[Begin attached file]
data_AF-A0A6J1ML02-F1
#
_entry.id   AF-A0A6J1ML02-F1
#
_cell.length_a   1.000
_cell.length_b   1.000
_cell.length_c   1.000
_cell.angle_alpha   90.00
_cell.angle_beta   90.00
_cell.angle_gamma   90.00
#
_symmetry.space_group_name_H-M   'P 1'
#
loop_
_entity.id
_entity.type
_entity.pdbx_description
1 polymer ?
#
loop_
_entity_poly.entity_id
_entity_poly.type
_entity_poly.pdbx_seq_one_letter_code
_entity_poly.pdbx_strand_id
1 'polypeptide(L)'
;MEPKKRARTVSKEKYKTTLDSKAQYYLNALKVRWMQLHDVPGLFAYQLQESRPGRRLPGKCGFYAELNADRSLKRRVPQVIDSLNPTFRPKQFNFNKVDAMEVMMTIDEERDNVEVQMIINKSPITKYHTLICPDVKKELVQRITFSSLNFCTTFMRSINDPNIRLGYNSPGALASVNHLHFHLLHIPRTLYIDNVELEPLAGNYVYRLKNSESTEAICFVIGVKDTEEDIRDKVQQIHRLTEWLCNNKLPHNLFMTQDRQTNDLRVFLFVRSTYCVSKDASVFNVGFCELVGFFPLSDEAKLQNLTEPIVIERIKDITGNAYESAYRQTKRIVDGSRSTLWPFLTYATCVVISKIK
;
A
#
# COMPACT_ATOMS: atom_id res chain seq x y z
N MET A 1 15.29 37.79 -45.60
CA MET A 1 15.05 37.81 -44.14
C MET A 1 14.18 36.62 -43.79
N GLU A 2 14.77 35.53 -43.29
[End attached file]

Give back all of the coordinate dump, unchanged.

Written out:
data_AF-A0A6J1ML02-F1
#
_entry.id   AF-A0A6J1ML02-F1
#
_cell.length_a   1.000
_cell.length_b   1.000
_cell.length_c   1.000
_cell.angle_alpha   90.00
_cell.angle_beta   90.00
_cell.angle_gamma   90.00
#
_symmetry.space_group_name_H-M   'P 1'
#
loop_
_entity.id
_entity.type
_entity.pdbx_description
1 polymer ?
#
loop_
_entity_poly.entity_id
_entity_poly.type
_entity_poly.pdbx_seq_one_letter_code
_entity_poly.pdbx_strand_id
1 'polypeptide(L)'
;MEPKKRARTVSKEKYKTTLDSKAQYYLNALKVRWMQLHDVPGLFAYQLQESRPGRRLPGKCGFYAELNADRSLKRRVPQVIDSLNPTFRPKQFNFNKVDAMEVMMTIDEERDNVEVQMIINKSPITKYHTLICPDVKKELVQRITFSSLNFCTTFMRSINDPNIRLGYNSPGALASVNHLHFHLLHIPRTLYIDNVELEPLAGNYVYRLKNSESTEAICFVIGVKDTEEDIRDKVQQIHRLTEWLCNNKLPHNLFMTQDRQTNDLRVFLFVRSTYCVSKDASVFNVGFCELVGFFPLSDEAKLQNLTEPIVIERIKDITGNAYESAYRQTKRIVDGSRSTLWPFLTYATCVVISKIK
;
A
#
# COMPACT_ATOMS: atom_id res chain seq x y z
N MET A 1 15.29 37.79 -45.60
CA MET A 1 15.05 37.81 -44.14
C MET A 1 14.18 36.62 -43.79
N GLU A 2 14.77 35.53 -43.29